What I did to help myself: I exercised as much as I could. Staying active as much as I could helped my mental strength to get through treatment. During chemo treatments, I focused on soaking the chemicals in to fight the cancer. We often think of chemo being a bad thing. It's effects are awful but it's there to give our bodies the help they need to fight the cancer cells. I welcomed the chemo in so it could help me and my body could rest.
My life after cancer: Everyone in my life, including myself, thought that the day after I heard the words "no evidence of disease" my life would revert back the same that it was the day before I was diagnosed. It would not. I didn't expect the difficulties of survivorship that I experienced from a self imposed, as well as from others around me. I am now divorced as part of the fall out of cancer. Having said that, I would not change the person I am today or who I have become because of my diagnosis.
Where I am today: I am a healthy, happy mother of two sons. I spend my time running a charity with my friends that helps others with cancer and speaking out as a survivor voice in support of the HPV vaccine. While my life has changed drastically, I most enjoy CrossFit, running, and enjoying time with my sons and close friends.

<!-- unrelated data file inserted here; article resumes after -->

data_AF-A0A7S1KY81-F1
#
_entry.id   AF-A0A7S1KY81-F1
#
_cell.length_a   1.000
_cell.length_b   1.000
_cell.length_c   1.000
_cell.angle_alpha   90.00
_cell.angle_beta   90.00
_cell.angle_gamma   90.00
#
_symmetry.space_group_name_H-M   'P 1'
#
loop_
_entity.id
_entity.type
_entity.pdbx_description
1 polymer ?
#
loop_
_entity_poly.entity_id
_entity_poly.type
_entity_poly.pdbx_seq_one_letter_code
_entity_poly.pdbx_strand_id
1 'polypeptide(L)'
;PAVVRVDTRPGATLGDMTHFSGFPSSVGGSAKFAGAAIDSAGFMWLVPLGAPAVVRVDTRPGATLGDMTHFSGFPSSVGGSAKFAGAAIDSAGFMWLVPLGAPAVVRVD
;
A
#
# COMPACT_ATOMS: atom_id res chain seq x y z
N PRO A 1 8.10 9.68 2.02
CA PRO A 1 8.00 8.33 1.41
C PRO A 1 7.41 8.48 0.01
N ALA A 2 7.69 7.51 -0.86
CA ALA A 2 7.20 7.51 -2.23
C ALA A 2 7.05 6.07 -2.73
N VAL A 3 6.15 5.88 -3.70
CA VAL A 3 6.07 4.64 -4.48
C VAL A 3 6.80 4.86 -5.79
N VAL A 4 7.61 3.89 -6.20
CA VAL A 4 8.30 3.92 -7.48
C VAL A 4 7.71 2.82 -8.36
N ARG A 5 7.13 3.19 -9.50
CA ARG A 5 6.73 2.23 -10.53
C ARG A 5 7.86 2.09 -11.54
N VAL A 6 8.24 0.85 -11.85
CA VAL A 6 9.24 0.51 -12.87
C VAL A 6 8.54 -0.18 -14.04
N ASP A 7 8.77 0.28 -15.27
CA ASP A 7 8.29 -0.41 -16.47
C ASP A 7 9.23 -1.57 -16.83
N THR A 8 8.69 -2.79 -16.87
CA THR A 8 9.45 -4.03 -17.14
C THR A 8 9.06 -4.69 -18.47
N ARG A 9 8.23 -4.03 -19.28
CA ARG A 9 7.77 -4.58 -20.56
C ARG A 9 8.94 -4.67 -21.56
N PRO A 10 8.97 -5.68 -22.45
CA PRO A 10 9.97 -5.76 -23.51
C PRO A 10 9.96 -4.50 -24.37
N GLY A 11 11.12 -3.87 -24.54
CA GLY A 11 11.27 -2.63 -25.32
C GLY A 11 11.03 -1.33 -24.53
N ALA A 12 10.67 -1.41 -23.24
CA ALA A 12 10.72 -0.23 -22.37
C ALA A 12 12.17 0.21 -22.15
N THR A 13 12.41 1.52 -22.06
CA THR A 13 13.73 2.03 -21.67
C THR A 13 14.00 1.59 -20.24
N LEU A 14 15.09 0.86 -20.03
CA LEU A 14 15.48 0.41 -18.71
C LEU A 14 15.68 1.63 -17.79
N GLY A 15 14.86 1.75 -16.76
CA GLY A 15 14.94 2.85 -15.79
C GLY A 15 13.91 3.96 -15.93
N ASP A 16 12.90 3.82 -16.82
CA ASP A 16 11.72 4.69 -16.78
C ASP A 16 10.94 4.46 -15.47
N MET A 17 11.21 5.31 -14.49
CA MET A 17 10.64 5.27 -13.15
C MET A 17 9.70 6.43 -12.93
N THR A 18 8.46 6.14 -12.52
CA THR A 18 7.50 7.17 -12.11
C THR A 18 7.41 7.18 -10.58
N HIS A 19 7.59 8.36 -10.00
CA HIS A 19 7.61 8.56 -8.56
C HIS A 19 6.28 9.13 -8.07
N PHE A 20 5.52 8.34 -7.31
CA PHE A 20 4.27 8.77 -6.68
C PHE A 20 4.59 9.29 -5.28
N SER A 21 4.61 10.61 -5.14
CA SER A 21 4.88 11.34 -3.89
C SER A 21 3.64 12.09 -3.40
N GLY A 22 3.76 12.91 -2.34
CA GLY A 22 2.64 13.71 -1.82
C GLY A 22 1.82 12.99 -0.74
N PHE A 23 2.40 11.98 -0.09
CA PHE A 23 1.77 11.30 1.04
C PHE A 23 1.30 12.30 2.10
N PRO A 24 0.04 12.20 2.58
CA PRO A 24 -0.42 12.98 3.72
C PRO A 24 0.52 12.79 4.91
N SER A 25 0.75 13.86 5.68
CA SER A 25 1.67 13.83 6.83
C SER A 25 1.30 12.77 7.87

What I want other women to know: I often hear from other women throughout the country who are facing a recurrent cervical cancer diagnosis who are looking for hope. I want my story to give those women hope. Against the odds I am typing this today and I am so grateful to be doing so.
How I will try to help others: I'm happy to share my story in any way and speak to other women who may need me as as a resource to be hopeful after their diagnosis, particularly a recurrence. I believe strongly in the HPV vaccine and would like others to know what having recurrent cervical cancer is like and how the vaccine can prevent others from enduring what I did. I would like to work towards having legislature making the HPV vaccine mandatory for all teens.
Any additional information you'd like to share: 2.5 years after finding out I was NED, I decided it was time to send cancer another message and I trained for and ran my second marathon at a time that was 40 minutes better than before cancer. Cancer chose the wrong woman.